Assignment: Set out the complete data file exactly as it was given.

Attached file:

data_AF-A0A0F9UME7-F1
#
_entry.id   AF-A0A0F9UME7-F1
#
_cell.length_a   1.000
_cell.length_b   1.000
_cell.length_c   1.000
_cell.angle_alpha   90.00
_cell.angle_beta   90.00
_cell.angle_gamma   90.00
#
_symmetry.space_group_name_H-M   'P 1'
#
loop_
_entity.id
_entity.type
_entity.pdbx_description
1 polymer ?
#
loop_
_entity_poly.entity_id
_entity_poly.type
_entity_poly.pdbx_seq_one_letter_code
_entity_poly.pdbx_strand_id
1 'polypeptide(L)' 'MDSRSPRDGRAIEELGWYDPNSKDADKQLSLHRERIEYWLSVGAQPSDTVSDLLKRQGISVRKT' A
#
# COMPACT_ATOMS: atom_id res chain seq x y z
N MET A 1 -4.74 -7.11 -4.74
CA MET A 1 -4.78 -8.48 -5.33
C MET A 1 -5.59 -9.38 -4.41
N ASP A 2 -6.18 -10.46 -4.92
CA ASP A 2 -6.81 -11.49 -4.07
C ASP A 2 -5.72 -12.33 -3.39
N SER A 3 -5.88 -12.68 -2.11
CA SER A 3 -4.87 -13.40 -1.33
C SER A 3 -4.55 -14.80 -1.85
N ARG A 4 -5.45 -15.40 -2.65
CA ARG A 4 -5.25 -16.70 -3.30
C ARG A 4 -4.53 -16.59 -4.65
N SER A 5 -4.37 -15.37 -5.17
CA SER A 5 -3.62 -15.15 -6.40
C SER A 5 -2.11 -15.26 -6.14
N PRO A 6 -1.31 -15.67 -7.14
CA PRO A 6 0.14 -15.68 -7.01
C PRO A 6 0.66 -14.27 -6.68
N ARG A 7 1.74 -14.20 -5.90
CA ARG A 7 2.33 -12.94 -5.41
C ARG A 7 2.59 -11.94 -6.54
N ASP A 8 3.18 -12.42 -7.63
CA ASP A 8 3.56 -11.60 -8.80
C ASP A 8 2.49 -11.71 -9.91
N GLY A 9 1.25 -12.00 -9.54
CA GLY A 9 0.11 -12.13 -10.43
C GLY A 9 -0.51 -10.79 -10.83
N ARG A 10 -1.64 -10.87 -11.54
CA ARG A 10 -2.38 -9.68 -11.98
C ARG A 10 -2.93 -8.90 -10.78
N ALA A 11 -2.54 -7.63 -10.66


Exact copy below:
data_AF-A0A0F9UME7-F1
#
_entry.id   AF-A0A0F9UME7-F1
#
_cell.length_a   1.000
_cell.length_b   1.000
_cell.length_c   1.000
_cell.angle_alpha   90.00
_cell.angle_beta   90.00
_cell.angle_gamma   90.00
#
_symmetry.space_group_name_H-M   'P 1'
#
loop_
_entity.id
_entity.type
_entity.pdbx_description
1 polymer ?
#
loop_
_entity_poly.entity_id
_entity_poly.type
_entity_poly.pdbx_seq_one_letter_code
_entity_poly.pdbx_strand_id
1 'polypeptide(L)' 'MDSRSPRDGRAIEELGWYDPNSKDADKQLSLHRERIEYWLSVGAQPSDTVSDLLKRQGISVRKT' A
#
# COMPACT_ATOMS: atom_id res chain seq x y z
N MET A 1 -4.74 -7.11 -4.74
CA MET A 1 -4.78 -8.48 -5.33
C MET A 1 -5.59 -9.38 -4.41
N ASP A 2 -6.18 -10.46 -4.92
CA ASP A 2 -6.81 -11.49 -4.07
C ASP A 2 -5.72 -12.33 -3.39
N SER A 3 -5.88 -12.68 -2.11
CA SER A 3 -4.87 -13.40 -1.33
C SER A 3 -4.55 -14.80 -1.85
N ARG A 4 -5.45 -15.40 -2.65
CA ARG A 4 -5.25 -16.70 -3.30
C ARG A 4 -4.53 -16.59 -4.65
N SER A 5 -4.37 -15.37 -5.17
CA SER A 5 -3.62 -15.15 -6.40
C SER A 5 -2.11 -15.26 -6.14
N PRO A 6 -1.31 -15.67 -7.14
CA PRO A 6 0.14 -15.68 -7.01
C PRO A 6 0.66 -14.27 -6.68
N ARG A 7 1.74 -14.20 -5.90
CA ARG A 7 2.33 -12.94 -5.41
C ARG A 7 2.59 -11.94 -6.54
N ASP A 8 3.18 -12.42 -7.63
CA ASP A 8 3.56 -11.60 -8.80
C ASP A 8 2.49 -11.71 -9.91
N GLY A 9 1.25 -12.00 -9.54
CA GLY A 9 0.11 -12.13 -10.43
C GLY A 9 -0.51 -10.79 -10.83
N ARG A 10 -1.64 -10.87 -11.54
CA ARG A 10 -2.38 -9.68 -11.98
C ARG A 10 -2.93 -8.90 -10.78
N ALA A 11 -2.54 -7.63 -10.66